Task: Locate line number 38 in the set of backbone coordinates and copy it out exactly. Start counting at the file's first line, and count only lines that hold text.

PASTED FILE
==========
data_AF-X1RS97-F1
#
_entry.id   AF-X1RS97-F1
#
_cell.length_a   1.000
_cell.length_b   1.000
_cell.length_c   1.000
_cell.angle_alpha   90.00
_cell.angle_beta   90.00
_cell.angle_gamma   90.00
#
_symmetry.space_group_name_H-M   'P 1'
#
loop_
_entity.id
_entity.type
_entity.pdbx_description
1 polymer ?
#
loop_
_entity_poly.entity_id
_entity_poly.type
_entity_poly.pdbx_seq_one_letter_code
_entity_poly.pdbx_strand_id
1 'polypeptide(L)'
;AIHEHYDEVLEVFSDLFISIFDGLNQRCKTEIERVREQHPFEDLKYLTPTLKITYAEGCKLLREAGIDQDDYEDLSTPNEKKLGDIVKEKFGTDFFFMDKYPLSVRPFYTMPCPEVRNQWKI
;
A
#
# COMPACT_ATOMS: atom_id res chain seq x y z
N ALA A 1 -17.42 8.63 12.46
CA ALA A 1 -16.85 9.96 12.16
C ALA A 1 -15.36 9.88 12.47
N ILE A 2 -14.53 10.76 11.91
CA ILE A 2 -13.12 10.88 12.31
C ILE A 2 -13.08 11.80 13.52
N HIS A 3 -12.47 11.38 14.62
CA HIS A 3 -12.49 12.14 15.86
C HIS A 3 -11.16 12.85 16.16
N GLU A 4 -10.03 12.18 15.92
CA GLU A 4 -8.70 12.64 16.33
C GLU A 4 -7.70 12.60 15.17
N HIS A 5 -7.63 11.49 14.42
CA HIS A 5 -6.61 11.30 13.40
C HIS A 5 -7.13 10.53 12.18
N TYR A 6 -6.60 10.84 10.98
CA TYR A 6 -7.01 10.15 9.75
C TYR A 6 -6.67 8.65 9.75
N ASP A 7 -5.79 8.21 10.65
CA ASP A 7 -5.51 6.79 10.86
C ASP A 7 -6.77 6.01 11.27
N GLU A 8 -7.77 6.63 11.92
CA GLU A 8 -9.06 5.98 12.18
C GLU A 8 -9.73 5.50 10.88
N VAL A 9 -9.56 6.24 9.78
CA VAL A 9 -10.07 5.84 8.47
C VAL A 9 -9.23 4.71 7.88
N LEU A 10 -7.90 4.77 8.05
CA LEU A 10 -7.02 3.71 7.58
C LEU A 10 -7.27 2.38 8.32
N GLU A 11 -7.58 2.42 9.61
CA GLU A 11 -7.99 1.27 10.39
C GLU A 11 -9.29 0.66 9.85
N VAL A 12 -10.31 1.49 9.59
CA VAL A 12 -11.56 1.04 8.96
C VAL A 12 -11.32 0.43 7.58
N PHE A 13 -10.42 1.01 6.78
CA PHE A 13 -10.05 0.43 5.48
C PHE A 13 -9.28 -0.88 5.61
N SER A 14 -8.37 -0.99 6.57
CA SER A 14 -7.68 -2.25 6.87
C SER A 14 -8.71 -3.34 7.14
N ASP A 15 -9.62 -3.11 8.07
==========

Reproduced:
CA HIS A 3 -12.49 12.14 15.86